Structured data vs unstructured data vs semi-structured data: differences and challengesUnstructured data forms the bulk of the data we see today. It is rich in information and easy to create, such as with a scribble of a pen, or a quick email sent to a colleague. Unstructured data has no clear style or pattern, quite unlike its structured data counterpart that can find itself neatly tucked into rows and columns. Within organisations, these are exceptionally rare and much harder to create. However, the advantages are that applications can easily integrate with structured data to perform multiple complex tasks. There’s also a third category that falls in between: semi-structured data. It contains elements of the former data types. Like unstructured data, semi-structured data could seem easy to read and decipher by humans, but a technology feat for traditional programmes.
|Structured data||Semi-structured data||Unstructured data|
|Structured data refers to clearly defined numbers and strings stored in a formatted relational database. It is highly-organised in rows and columns of a table, making it easy to manipulate and light to store.||Semi-structured data is not as rigid to be formatted into a relational database, but has some structural consistency and quantitative elements. They may contain meta tags that describe the data (e.g. sender email address), though the actual contents will vary.||Unstructured data is not organised into a clear data model, and its attributes take various forms, often qualitative and text-heavy. They appear intuitive to humans to read, but are challenging for traditional programmes to understand.|
|Example: Relational SQL databases||Examples: JSON, XML, CSV etc.||Examples: Open text, freeform documents, contracts, contents in an email body, social media posts etc.|
How much unstructured data is there?
Findings from IBM, Gartner and IDC along with various other analysts and vendors put a finger at 80% of enterprise data being unstructured data. And yes, this 80% is a ballpark figure that has been quoted a thousand times over, since decades back.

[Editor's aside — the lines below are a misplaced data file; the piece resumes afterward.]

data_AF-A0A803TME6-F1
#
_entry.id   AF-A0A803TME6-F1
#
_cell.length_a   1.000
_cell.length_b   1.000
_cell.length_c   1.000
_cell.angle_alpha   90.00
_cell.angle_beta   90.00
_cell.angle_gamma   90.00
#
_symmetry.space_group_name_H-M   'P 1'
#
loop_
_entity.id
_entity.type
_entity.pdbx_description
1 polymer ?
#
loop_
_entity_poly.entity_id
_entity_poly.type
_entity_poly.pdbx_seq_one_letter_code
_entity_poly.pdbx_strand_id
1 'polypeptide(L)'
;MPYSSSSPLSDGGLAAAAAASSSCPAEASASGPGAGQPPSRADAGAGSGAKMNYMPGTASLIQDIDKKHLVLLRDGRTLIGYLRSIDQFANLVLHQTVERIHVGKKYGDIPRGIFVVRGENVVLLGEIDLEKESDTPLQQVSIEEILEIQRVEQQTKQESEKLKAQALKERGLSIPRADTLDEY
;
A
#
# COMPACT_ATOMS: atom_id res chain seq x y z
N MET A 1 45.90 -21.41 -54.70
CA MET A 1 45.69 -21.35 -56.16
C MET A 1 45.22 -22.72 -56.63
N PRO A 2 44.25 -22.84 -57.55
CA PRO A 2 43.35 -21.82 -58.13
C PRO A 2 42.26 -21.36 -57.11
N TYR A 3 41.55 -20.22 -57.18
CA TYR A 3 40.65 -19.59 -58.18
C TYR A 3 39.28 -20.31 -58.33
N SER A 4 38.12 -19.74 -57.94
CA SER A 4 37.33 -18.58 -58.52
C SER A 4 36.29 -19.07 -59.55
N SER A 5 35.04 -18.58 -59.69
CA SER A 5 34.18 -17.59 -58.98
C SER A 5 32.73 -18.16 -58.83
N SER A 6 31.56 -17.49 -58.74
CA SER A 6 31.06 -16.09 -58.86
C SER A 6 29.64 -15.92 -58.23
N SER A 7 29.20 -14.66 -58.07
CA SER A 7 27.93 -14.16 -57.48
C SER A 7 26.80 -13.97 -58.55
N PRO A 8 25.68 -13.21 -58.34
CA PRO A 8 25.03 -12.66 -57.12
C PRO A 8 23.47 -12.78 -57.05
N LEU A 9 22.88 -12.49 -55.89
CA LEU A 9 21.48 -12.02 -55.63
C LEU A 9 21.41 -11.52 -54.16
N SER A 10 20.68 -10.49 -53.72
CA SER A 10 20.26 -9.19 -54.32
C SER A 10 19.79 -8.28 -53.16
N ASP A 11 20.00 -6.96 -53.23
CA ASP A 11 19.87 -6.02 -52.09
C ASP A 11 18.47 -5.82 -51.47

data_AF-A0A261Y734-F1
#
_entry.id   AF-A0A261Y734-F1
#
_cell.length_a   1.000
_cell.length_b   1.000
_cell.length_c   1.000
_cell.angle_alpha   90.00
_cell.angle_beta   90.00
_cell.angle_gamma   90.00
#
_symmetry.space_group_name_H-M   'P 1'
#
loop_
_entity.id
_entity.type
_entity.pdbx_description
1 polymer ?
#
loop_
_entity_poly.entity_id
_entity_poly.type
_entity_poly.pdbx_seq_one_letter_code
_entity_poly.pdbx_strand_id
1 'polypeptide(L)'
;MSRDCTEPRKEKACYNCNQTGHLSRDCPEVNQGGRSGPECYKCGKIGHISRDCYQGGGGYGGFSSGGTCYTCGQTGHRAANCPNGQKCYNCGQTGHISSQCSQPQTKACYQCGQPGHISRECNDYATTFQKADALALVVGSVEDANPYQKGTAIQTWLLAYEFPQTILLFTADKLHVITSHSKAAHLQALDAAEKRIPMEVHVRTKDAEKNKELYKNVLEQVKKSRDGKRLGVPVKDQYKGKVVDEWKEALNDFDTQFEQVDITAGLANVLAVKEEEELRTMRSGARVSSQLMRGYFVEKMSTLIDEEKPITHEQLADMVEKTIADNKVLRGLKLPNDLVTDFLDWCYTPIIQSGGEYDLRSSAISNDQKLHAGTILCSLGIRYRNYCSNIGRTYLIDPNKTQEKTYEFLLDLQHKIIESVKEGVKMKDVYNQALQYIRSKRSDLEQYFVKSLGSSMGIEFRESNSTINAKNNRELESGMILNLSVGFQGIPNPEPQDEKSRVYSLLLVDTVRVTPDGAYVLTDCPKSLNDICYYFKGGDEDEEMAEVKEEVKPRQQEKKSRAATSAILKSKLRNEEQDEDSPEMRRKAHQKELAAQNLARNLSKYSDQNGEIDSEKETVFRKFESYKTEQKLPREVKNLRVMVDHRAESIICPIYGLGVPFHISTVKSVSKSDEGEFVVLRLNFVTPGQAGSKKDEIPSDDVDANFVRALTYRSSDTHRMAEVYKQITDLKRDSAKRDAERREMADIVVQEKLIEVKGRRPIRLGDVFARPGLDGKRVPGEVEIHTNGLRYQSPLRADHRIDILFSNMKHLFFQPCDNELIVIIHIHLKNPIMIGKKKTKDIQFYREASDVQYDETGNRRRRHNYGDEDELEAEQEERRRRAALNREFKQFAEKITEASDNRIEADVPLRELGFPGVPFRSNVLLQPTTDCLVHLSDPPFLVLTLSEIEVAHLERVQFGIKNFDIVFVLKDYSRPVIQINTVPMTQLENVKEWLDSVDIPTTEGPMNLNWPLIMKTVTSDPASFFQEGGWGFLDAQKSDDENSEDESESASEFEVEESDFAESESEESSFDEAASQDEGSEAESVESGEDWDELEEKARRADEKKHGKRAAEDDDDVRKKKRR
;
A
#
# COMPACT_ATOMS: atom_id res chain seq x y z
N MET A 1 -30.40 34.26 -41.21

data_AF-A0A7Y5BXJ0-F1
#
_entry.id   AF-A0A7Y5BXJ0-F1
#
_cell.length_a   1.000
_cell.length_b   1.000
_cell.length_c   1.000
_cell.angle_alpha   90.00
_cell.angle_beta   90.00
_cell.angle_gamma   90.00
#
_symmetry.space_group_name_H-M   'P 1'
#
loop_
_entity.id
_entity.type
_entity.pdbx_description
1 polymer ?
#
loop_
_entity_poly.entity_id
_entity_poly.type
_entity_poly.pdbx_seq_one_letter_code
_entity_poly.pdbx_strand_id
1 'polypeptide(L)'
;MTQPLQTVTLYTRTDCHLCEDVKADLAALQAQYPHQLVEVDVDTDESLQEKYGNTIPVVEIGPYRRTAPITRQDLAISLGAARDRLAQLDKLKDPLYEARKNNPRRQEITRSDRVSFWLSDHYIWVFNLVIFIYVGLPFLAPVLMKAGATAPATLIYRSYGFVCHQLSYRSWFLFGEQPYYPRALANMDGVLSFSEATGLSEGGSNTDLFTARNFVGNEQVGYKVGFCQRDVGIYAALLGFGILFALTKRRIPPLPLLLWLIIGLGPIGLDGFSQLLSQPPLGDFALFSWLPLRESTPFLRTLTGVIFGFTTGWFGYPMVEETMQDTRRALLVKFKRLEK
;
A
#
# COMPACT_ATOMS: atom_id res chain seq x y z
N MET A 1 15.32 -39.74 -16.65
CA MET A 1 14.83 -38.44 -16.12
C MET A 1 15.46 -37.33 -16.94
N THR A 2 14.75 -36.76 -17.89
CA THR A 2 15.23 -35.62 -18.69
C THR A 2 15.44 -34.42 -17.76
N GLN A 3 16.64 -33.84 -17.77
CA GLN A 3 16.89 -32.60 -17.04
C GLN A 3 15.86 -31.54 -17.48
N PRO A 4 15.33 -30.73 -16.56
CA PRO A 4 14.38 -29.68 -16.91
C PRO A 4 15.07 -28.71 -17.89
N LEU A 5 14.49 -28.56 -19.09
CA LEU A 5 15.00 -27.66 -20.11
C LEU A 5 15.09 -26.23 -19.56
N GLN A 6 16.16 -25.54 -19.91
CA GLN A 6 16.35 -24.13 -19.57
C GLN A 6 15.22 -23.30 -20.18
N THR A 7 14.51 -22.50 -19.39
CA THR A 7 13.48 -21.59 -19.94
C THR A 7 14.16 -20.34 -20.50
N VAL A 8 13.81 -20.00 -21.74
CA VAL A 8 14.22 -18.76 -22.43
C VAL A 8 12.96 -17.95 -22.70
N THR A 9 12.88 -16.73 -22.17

But the message is that unstructured data is important. It’s present, and must be managed. Data that’s unstructured and unanalysed is a US$430 billion opportunity cost in 2020 according to IDC. That’s five times the size of the global AI, RPA and data analytics market combined.
Exploiting unstructured sources, primarily by applying text analytics, is an essential component of any comprehensive business-intelligence program, a key element in ensuring enterprise competitiveness.” – Seth Grimes, analyst for NLP, text analytics, and sentiment analysis
How can AI help unlock the value of unstructured data?
Data is the key foundation for everyday operations to thrive. It’s also an essential ingredient to be fed into information systems and AI models. Unfortunately, this entire premise is founded on high quality data, that must also be in massive volumes, and with a manageable amount of structure.
What about getting this data in the first place, can AI do anything about it?
There’s a high wall of barriers ranging from the amount of education, business process re-wiring and technology development that is needed to unlock its value. However, the good news is that artificial intelligence (AI) today can alleviate part of the problem, and get the basics of data right.
- AI can improve data quality for better data management.
- AI can convert information into structured formats through document processing.
- AI can connect the dots through a knowledge mind map.
- AI can make data accessible through enterprise search.
1. AI can improve data quality for better data management
In an ideal world, high quality data would be found in clearly and consistently labelled fields, clean and ready for use in downstream applications. Oftentimes however, data is not understandable or readable—i.e. raw data.
Raw data can be strewn all over documents in unpredictable formats, or over various separate documents or repositories with a great deal of inconsistency. It is also likely that unstructured information would come ‘noisy’. This noise includes typos, signatures, html tags, confidentiality and other non-essential entities. While humans read them effortlessly, such noise has a significant impact on the machine-readable quality of the data.